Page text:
Web Performance

Why Your Web Devlopment Team Should Care About Revenue

By Tony Russo on June, 10 2016
Tony Russo

Slow Web Performance Impacts Your Business

It’s not unusual for eCommerce website development teams to work in a heads-down approach – fix the website, update the website, don’t break the website. IT developers discuss website scalability and availability, but seldom does the conversation focus on web page performance and how it impacts revenue.

There could be a disconnect between the IT development team and other business units. For example, your company's marketing team might want to add high-quality images or more 3rd party tags to the site. This will slow down the website and frustrate the development team, but in order to make a viable business case against these additions, you need to know how performance changes affect revenue.


Revenue Calculator

The above chart presents data collected from a major eCommerce retailer’s website during the Black Friday/Cyber Monday period from 2015. This graph shows the amount of money that could have been made during that time period if the site was 0.5, 2, and 4 seconds faster. If their home page was 0.5 seconds faster during that time period, they would have seen an additional $1.9M in online revenue. Most IT developers are focused on site reliability and uptime as a whole, rather than individual page performance. This chart shows the impact of even a 0.5 second speed improvement on a single page and the potential revenue opportunity.

The Web Developer's Point-of-View

From a marketing or sales standpoint, page speed is the amount of time for a web page to appear in the browser (whether on a PC, laptop, tablet or phone) and is interactive to the viewer. From a web developer’s standpoint, the meaning of page speed is exactly the same—except web pages comprise hundreds of different pieces. Web pages contain text and images; they process script files, call databases, and load stylesheets; they use third-party tags and CDNs. The ordering of these objects and the amount of time it takes to make the page interactive to the viewer happens in measurable stages

Blue Triangle's Object Level Detail displays the ordering of page objects measured against page load timings. The colored vertical lines on this graph correspond to the Average On Load, Average DOM Content Loaded and Average Time to DOM Interactive events. The blue horizontal bars show the amount of time taken to load each page object and the order they are loaded. No bar shown for an object (the red highlighted object shown below) could represent a code error, missing file or network bottleneck — costing valuable page load time. The load order of objects is also critical and could mean the difference between a page with broken graphics or no response to a viewer's button clicks.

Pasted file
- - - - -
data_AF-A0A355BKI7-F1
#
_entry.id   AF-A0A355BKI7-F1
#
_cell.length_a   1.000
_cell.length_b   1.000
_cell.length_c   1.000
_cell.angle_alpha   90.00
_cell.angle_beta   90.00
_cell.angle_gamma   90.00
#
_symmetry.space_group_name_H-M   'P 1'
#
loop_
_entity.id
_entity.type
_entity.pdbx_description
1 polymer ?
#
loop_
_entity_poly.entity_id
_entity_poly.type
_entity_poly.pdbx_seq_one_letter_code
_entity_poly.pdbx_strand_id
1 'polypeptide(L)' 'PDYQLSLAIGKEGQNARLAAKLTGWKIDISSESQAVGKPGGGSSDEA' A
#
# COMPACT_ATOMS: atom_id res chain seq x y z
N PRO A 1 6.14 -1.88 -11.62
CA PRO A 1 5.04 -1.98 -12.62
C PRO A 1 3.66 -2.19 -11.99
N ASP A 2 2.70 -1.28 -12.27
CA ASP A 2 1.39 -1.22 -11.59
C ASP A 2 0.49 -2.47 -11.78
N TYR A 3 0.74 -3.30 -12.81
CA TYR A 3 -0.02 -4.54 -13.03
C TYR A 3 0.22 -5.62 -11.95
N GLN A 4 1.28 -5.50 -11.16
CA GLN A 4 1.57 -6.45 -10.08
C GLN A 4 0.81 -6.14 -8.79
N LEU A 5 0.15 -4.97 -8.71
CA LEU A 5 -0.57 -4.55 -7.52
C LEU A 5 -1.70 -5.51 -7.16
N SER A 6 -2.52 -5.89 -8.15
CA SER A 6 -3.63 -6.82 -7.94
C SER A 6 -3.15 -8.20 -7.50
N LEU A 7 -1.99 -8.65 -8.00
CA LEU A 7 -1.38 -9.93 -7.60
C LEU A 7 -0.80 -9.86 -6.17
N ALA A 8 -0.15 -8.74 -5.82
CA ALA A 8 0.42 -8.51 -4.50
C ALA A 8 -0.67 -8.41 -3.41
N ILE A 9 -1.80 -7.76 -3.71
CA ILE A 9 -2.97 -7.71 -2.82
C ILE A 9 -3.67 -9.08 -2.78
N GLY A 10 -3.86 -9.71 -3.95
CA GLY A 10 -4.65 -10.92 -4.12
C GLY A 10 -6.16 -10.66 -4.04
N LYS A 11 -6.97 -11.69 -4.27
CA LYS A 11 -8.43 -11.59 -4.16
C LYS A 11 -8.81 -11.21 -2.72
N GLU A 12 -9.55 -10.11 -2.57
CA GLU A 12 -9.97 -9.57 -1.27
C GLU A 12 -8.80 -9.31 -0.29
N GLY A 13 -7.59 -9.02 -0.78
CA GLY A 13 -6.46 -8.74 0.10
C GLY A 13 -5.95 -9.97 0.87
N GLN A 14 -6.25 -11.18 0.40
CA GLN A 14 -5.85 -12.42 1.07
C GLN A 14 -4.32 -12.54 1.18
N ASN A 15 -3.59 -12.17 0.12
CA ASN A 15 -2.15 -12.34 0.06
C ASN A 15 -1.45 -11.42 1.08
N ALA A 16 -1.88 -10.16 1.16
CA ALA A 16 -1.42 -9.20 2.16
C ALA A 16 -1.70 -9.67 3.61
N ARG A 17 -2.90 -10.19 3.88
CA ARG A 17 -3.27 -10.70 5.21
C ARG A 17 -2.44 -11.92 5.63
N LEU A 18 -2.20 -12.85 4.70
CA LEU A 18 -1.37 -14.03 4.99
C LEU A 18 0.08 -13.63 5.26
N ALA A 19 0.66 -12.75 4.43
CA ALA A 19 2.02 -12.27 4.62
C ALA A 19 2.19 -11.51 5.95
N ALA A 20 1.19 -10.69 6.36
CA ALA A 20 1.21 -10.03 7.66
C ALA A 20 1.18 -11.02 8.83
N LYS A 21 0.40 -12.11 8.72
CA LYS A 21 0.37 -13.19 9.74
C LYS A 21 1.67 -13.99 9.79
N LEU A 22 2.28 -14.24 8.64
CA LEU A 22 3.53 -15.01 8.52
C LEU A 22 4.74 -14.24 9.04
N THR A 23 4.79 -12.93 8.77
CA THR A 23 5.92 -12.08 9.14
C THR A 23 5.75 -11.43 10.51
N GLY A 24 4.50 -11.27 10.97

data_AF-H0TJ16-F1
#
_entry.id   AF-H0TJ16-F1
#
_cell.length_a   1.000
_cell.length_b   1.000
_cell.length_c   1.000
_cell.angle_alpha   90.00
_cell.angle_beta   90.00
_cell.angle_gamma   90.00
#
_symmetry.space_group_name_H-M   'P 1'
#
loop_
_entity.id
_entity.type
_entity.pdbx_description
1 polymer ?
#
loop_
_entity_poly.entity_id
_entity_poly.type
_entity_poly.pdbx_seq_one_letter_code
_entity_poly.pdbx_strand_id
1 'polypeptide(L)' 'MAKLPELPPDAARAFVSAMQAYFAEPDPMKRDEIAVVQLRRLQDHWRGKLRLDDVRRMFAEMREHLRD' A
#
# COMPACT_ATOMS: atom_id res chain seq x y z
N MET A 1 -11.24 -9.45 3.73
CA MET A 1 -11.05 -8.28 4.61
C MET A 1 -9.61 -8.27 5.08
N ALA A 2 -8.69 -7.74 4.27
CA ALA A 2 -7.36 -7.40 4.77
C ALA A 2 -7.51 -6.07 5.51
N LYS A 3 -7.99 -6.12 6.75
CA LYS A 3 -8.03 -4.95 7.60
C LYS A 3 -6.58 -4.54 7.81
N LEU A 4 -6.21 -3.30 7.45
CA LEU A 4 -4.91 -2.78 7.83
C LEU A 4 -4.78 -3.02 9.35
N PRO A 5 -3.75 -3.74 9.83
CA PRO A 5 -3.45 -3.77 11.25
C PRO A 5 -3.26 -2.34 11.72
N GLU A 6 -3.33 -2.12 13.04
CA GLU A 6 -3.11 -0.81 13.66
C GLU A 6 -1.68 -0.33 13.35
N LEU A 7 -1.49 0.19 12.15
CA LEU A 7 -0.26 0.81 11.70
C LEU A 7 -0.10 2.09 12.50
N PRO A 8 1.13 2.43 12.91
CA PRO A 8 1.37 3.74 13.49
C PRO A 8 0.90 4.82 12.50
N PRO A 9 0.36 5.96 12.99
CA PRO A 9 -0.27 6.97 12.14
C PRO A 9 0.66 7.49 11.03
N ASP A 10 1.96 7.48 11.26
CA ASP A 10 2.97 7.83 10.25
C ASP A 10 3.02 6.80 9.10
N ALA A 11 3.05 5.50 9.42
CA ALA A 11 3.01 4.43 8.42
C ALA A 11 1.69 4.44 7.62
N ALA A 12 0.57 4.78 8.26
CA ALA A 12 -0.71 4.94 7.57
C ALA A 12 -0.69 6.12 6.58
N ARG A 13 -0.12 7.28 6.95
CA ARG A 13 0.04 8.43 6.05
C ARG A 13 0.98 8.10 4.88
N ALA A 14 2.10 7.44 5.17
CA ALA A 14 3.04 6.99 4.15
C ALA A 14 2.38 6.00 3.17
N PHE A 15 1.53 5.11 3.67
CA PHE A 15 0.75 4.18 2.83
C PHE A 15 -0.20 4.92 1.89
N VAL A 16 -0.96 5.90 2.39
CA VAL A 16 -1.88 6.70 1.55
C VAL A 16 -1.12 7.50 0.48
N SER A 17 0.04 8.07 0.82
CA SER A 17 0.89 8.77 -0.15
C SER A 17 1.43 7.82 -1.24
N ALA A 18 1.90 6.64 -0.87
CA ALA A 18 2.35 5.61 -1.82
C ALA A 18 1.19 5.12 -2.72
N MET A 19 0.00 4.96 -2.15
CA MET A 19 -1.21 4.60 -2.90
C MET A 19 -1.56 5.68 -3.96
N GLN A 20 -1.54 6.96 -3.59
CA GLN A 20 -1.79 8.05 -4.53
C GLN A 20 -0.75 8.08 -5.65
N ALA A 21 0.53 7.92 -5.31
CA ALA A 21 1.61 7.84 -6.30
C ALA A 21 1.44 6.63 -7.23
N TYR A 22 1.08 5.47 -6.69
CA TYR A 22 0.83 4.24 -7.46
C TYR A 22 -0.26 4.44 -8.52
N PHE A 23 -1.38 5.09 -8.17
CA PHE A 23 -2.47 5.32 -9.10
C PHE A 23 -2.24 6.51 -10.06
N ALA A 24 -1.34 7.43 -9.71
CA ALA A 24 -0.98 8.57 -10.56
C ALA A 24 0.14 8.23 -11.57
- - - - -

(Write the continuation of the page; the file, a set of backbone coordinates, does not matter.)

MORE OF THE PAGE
Object Level Detail

Why Your IT Team Should Invest in Website Performance

IT managers, development and systems operations teams need to understand how slow web page performance drastically impacts business revenue.

Conversion Rate Per Visitor

The above chart shows the Black Friday/Cyber Monday period for our retailer’s eCommerce site. The conversion rate (a percentage of visitors who complete an action; for example, purchasing an item) is shown with the number of website visitors (traffic volume in sessions) and compared to page speed. Both customer traffic and conversion rates plummet as page load time increases.

This downward spiral directly impacts your business. The longer customers are made to wait, especially during the critical journey to a purchase, the faster they abandon the path. The result: lost revenue. It’s important to note that not all web pages on your eCommerce site require improvement. How many times has management handed down a directive to, "Speed up the website, we’re losing customers"? In one of our previous web blog posts, How Fast is Fast Enough?, we discuss wasting time and money optimizing the wrong pages.

Some web pages are crucial to sales and conversions. Other pages, such as "Contact Us" or the "Company Directory", might not need attention to performance improvements. Blue Triangle’s aim is to show your business which web pages you should optimize as well as how, based on revenue. Once those critical journey pages are identified, IT teams can continuously utilize Blue Triangle’s tools throughout the development cycle to zero in on each page’s performance details, discover bottlenecks, test changes and immediately review the results of those changes.

Be The Hero: Your Dev Team's Efforts Affect Revenue

Blue Triangle's tools can specifically help marketing and IT development find site pages that drive revenue to your website. Our tools analyze your website’s top pages, showing current page speed, optimal page speed and revenue opportunities. These tools provide a clear roadmap for prioritization of web page improvements and reducing wasted effort addressing issues that provide little return on investment.

Prioritize Optmizations with Revenue-thumb-1


Your IT web development and support teams should not be left guessing or making the wrong decisions where it concerns website optimization. Encourage them to consult with Blue Triangle and discover how much page speed impacts your online business.


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